A Look Back: Defensive Score Sheet - Michigan State vs. North Carolina

Tom Izzo looked like this much of the evening vs. UNC and
his anger was usually directed at his team's lack of execution.

In what has turned out to be one of the more puzzling losses of the season, the Spartans were out-hustled, out-willed, and out-worked for 40 minutes by the Tar Heels. The result was a 79-65 North Carolina victory in which Michigan State never led.

Yes, the Spartans were playing with a gimpy Gary Harris (ankle) and a sick Matt Costello (flu) and ended up having to work around Adreian Payne's in-game cramping. Still, for a MSU team that's 15-1 with some damn impressive wins to date the entire complexion of this game was just weird.

North Carolina grabbed 16 offensive rebounds while the Spartans hauled in just 25 defensive boards; that's a offensive rebounding percentage of 39 percent. Against a Tom Izzo team that might as well be the equivalent of losing 100-50, at home, to a MEAC school.

The biggest takeaway from this game - and from looking at how North Carolina's season has gone to date - is that the Tar Heels can be a really, really good team when everything is clicking. It was clicking this Wednesday night at the Breslin Center where Roy Williams' team looked like a legit Final Four contender. North Carolina would end up defeating Kentucky 10 days later, meaning, at that point, North Carolina had victories against teams ranked 1-2-3 (Kentucky, Michigan State, and Louisville) in the preseason polls. Of course, the Tar Heels had already lost to Belmont (at home) and UAB.

The Tar Heels (10-6 overall, 0-3 ACC) now look like a 7-10 seed in the NCAAs, which again makes the win in East Lansing that much more puzzling.

Here is the defensive score sheet for - to date - Michigan State's lone loss this season.


  • Thank goodness, for Spartan nation, that Matt Costello sucked it up and played. Despite dealing with the flu it was clear Costello was giving the Spartans some type of energy no other player could. He forced six misses (second best on the team) and allowed just one made field goal in 17 minutes. While North Carolina was able to dribble out the clock as it was, this game could have been even worse without Costello. 
  • Of all the players who most disappointed Tom Izzo in the game, Branden Dawson topped the list. Dawson wasn't terrible but it was the little things - grabbing just two defensive rebounds and not affecting many misses - in 17 minutes that. It's pretty clear that Dawson can affect a game with his athleticism and energy when he wants to. Or, like he did for much of the UNC game, he can just go through the motions and almost go unnoticed.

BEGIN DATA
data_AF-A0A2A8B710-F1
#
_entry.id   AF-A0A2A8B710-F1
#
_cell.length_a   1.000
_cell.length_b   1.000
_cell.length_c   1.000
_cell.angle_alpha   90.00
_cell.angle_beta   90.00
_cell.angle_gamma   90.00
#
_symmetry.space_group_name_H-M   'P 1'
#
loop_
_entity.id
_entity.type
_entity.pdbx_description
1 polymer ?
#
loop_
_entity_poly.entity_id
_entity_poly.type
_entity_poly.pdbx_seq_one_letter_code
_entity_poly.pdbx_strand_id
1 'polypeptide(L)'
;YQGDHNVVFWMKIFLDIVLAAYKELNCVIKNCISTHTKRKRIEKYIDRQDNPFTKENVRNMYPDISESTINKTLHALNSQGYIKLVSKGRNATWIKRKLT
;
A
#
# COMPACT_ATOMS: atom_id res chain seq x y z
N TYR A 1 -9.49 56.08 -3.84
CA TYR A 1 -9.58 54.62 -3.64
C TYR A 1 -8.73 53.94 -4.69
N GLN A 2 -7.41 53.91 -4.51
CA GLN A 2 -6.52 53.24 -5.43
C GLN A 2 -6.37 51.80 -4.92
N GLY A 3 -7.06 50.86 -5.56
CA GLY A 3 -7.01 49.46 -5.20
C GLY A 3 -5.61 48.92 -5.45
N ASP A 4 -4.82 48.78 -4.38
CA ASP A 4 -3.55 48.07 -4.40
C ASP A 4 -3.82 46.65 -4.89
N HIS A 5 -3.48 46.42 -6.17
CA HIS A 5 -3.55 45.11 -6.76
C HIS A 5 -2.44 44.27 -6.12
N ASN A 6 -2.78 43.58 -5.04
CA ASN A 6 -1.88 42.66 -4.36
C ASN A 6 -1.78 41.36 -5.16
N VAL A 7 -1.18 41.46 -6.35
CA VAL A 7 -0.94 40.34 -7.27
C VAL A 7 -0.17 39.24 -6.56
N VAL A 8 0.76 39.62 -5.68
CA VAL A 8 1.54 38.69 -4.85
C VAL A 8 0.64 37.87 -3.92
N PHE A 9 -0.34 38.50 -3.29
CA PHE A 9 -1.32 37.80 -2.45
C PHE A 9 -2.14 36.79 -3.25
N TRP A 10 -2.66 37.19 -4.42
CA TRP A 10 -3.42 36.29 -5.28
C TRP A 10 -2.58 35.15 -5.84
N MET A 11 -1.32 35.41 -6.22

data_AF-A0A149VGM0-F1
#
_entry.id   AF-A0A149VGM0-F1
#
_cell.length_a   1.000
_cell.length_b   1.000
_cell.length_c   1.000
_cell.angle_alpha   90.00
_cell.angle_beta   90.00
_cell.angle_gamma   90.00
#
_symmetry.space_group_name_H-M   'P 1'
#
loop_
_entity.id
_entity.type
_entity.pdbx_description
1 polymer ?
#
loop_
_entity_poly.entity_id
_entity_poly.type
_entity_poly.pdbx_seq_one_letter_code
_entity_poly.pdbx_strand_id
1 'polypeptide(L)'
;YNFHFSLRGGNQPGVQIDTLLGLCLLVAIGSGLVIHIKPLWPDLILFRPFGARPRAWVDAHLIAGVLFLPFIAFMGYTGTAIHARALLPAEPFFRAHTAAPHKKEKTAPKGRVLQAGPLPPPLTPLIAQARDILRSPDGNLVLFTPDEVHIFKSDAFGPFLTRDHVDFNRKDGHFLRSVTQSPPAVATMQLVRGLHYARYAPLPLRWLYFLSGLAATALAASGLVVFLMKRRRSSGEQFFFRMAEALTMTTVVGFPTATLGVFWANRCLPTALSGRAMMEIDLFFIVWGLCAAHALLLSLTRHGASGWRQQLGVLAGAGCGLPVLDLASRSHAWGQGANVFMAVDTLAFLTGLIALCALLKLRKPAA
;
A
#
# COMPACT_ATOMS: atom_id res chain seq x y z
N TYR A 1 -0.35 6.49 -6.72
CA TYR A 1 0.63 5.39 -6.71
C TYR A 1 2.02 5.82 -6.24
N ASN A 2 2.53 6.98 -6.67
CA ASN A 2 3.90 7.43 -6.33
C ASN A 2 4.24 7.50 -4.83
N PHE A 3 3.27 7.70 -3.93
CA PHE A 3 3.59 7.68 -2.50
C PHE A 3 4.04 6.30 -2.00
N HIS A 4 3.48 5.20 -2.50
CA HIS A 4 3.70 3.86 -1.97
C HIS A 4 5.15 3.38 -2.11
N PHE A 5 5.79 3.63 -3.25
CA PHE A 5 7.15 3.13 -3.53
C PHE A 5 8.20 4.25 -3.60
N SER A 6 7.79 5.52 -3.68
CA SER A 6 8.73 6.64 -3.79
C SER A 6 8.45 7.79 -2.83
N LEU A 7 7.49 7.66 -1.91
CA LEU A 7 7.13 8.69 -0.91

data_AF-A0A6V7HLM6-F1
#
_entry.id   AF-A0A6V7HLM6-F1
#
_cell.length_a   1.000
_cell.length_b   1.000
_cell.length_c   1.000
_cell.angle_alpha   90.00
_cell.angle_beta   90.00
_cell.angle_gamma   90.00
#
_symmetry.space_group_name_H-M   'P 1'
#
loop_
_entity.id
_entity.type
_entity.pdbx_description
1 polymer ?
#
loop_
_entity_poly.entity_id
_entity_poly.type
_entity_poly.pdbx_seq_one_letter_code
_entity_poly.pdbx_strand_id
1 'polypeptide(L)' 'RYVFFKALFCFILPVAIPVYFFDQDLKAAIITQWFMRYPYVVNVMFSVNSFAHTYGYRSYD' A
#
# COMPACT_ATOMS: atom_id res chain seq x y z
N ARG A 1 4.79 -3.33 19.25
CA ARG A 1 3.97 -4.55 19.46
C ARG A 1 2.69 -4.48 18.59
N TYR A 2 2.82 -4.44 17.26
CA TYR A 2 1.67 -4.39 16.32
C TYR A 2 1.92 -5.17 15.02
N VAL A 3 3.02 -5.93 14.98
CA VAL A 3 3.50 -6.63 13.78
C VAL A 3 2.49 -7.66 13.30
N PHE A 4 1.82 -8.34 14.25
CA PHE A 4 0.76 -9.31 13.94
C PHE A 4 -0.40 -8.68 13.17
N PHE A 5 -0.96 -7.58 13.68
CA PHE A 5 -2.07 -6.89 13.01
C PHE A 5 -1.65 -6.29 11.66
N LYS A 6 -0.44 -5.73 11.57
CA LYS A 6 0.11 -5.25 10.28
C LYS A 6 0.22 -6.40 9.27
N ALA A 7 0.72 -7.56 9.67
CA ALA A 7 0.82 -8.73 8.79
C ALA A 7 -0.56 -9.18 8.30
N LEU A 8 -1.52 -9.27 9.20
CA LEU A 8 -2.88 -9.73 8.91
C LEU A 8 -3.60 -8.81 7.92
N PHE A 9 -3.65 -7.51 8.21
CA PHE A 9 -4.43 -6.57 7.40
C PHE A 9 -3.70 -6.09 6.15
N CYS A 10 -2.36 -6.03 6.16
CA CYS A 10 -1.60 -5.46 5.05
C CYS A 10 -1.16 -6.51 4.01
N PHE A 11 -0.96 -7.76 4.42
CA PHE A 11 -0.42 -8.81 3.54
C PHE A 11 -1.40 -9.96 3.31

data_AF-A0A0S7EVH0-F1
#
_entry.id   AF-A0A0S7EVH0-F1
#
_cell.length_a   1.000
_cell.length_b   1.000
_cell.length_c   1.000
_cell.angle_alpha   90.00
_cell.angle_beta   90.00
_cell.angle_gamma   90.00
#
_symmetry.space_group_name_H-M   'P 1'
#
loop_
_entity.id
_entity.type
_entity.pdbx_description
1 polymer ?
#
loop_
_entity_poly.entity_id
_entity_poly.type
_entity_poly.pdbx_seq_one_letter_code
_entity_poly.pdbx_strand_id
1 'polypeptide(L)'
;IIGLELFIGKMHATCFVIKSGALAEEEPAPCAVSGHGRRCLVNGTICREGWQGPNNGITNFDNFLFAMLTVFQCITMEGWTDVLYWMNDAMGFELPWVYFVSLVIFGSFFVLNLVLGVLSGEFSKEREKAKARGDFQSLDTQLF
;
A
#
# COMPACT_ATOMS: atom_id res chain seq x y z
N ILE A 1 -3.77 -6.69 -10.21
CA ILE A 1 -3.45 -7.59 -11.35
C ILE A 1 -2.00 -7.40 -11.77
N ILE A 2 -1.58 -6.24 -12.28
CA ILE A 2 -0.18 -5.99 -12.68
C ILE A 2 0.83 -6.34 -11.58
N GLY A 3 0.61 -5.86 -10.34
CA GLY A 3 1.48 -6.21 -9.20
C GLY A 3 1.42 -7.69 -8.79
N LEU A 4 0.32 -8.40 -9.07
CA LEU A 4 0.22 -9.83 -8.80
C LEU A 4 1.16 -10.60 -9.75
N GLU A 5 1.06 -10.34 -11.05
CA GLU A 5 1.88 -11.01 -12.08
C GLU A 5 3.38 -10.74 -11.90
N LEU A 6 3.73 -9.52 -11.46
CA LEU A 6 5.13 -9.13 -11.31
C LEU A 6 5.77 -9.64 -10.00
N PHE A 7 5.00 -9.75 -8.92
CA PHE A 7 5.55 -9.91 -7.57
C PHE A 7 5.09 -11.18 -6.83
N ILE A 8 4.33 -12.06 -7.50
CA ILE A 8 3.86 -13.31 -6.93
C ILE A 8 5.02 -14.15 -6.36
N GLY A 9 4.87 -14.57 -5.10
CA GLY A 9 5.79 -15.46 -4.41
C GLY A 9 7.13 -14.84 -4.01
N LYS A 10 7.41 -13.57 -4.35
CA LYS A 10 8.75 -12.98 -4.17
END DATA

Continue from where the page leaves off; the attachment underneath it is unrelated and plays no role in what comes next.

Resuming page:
• Gary Harris, if you've watched him this season, is stellar defensively. And because I firmly believe that I will chalk up this rough defensive game to his bum ankle which affected his mobility and ability to stay with UNC's wings. The fact Harris didn't force one turnover is the biggest piece of evidence that the ankle truly affected his defense. 
  • It was truly a team defensive effort for UNC. I'm sure Tar Heel fans will hate to hear this but I thought UNC played so much like Duke that it was scary. The defense forced Michigan State to starts its offense 30 feet from the basket and UNC's ball movement allowed it to get plenty of good looks against a MSU team that typically doesn't allow many. Roy Williams improved to 7-0 against Tom Izzo while head coach at UNC but I would argue this was his best single-game coaching job in those seven games. 

Roy Williams' best coaching job vs. MSU
while at UNC? I would say, "Yes." (Getty Images)
In-depth explanations are in this post, but here is a cliff notes version:
  • Min - Minutes played
  • DREB - Defensive Rebounds
  • FM - Forced field goal miss (includes blocks)
  • FTO - Forced Turnover (steals, charges taken)
  • FFTA - Forced missed Free Throw Attempt
  • DFGM - Allowed Defensive Field Goal Made
  • DFTM - Allowed Free Throw Made
  • DRtg - Defensive Rating (Gives players credit for stops and scoring possessions)
*The DRtg is most important part of a defensive score sheet as it is the analog of an offensive rating. If a player was on the floor for 100 of his team's defensive possessions, the DRtg calculates the number of points the opposition would score.

[NOTE: Deuce2Sports' defensive charting has been noted on Sports Illustrated's Web site twice this season by college basketball writer Luke Winn.]